• Revenue Cycle Management
  • COVID-19
  • Reimbursement
  • Diabetes Awareness Month
  • Risk Management
  • Patient Retention
  • Staffing
  • Medical Economics® 100th Anniversary
  • Coding and documentation
  • Business of Endocrinology
  • Telehealth
  • Physicians Financial News
  • Cybersecurity
  • Cardiovascular Clinical Consult
  • Locum Tenens, brought to you by LocumLife®
  • Weight Management
  • Business of Women's Health
  • Practice Efficiency
  • Finance and Wealth
  • EHRs
  • Remote Patient Monitoring
  • Sponsored Webinars
  • Medical Technology
  • Billing and collections
  • Acute Pain Management
  • Exclusive Content
  • Value-based Care
  • Business of Pediatrics
  • Concierge Medicine 2.0 by Castle Connolly Private Health Partners
  • Practice Growth
  • Concierge Medicine
  • Business of Cardiology
  • Implementing the Topcon Ocular Telehealth Platform
  • Malpractice
  • Influenza
  • Sexual Health
  • Chronic Conditions
  • Technology
  • Legal and Policy
  • Money
  • Opinion
  • Vaccines
  • Practice Management
  • Patient Relations
  • Careers

ADA calls for unity during American Diabetes Month


The COVID-19 coronavirus pandemic has made managing diabetes more important than ever.

The American Diabetes Association (ADA) is calling for the diabetes community to rise up as part of American Diabetes Month especially given the doom and gloom of the COVID-19 coronavirus pandemic.

According to a news release, throughout this pandemic many of the nearly 34 million people with diabetes have lost their jobs and employer-sponsored healthcare at a time when those suffering from the disease are at higher risk of experiencing serious complications if they are infected with COVID-19. An estimated 40 percent of American COVID-19 deaths are people who have had diabetes.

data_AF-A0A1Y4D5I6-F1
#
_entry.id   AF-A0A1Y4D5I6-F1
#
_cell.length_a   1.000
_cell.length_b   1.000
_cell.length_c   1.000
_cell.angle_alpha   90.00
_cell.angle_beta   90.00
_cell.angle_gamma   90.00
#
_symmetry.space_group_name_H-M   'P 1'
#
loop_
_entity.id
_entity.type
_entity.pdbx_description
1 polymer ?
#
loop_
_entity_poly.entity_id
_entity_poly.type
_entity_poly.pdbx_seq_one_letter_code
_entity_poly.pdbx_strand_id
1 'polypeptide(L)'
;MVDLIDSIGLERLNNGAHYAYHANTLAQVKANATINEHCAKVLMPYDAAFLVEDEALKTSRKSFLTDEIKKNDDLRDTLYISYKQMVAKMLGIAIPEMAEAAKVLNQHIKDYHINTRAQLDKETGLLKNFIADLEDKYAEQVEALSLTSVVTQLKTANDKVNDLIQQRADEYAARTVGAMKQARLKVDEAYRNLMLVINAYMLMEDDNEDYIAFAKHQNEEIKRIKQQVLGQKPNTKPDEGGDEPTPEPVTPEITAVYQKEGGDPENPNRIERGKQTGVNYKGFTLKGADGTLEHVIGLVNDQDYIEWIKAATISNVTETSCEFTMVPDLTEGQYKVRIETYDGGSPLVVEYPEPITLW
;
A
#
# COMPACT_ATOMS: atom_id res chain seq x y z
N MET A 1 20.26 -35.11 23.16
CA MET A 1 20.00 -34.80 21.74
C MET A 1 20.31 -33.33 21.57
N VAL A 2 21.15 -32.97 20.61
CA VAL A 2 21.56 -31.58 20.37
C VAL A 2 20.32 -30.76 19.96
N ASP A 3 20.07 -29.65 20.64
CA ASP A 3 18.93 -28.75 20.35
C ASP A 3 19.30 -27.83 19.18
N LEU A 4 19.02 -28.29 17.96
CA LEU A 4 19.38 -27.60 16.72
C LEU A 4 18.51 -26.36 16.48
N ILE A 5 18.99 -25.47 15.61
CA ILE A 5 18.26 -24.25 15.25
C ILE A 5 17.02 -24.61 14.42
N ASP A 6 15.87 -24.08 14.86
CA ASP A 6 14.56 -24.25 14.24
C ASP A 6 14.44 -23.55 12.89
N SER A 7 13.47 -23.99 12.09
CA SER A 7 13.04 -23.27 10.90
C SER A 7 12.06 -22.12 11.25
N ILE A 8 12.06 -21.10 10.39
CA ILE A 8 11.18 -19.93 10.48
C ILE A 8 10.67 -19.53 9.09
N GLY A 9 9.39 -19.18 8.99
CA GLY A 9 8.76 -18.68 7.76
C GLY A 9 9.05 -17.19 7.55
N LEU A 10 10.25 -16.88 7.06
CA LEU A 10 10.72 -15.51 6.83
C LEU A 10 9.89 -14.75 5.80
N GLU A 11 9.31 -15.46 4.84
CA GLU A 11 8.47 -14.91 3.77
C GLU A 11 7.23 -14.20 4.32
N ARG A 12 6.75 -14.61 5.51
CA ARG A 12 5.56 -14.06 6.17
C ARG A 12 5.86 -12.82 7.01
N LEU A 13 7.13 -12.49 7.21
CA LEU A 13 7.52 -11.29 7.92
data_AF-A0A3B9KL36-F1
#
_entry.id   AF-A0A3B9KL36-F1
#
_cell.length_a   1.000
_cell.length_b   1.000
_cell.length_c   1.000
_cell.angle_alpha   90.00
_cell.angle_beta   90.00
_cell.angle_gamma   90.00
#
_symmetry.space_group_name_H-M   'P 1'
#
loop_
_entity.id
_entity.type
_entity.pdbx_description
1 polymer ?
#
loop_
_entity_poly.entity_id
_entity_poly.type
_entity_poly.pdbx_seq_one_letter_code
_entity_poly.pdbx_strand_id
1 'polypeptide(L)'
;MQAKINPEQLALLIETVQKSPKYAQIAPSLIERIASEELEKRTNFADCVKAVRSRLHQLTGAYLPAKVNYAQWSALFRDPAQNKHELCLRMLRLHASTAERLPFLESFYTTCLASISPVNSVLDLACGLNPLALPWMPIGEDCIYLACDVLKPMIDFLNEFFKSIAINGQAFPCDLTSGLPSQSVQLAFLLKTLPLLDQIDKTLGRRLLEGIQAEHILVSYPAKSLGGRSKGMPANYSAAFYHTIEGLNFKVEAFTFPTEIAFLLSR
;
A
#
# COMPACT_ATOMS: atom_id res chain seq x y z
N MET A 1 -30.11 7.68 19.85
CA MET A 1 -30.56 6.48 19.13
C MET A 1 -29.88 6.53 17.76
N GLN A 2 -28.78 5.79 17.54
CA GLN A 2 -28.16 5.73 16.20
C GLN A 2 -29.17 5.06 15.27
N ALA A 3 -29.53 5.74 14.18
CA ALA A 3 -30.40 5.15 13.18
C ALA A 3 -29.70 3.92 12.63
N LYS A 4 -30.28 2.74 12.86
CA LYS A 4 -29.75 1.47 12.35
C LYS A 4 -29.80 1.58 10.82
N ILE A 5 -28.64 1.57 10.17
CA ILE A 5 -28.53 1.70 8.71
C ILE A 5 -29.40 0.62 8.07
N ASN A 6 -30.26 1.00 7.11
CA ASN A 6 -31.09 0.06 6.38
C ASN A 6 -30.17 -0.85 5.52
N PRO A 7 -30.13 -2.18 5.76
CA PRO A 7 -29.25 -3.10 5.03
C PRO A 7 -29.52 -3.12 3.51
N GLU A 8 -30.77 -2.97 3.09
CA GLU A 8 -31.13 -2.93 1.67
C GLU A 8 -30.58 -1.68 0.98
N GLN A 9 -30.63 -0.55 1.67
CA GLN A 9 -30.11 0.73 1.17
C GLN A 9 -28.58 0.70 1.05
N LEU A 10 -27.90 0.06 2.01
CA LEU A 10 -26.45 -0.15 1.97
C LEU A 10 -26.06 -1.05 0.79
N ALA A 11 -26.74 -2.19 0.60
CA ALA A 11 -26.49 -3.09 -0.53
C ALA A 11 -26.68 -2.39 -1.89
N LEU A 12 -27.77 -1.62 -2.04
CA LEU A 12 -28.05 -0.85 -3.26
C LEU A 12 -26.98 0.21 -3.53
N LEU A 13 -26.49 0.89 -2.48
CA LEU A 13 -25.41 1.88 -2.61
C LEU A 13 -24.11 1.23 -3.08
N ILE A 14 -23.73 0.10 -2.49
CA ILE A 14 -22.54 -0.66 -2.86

Throughout American Diabetes Month, the ADA will be taking deep dives into the systemic inequities existing in the American healthcare system, the release says.

"Health inequity is obvious and widespread. It contributes to worse outcomes and higher risk for diabetes and many other diseases. And it undermines the wellbeing of most Americans,” Tracey D. Brown, CEO of the ADA, says in the release. “This is why the ADA has taken on this fight. To ensure that no one goes without proper care or access to the medications they need to survive—because we know that good health and health care is a human right!”

The ADA is challenging everyone to educate themselves, know their rights, ask questions, make impactful lifestyle changes, and step outside of their comfort zones, whether they have type 1, type 2, gestational diabetes, or just know someone who does, the release says.

Recent Videos
Joseph Scherger, M.D, gives advice about diabetes
Marie E. McDonnell, MD
Marie E. McDonnell, MD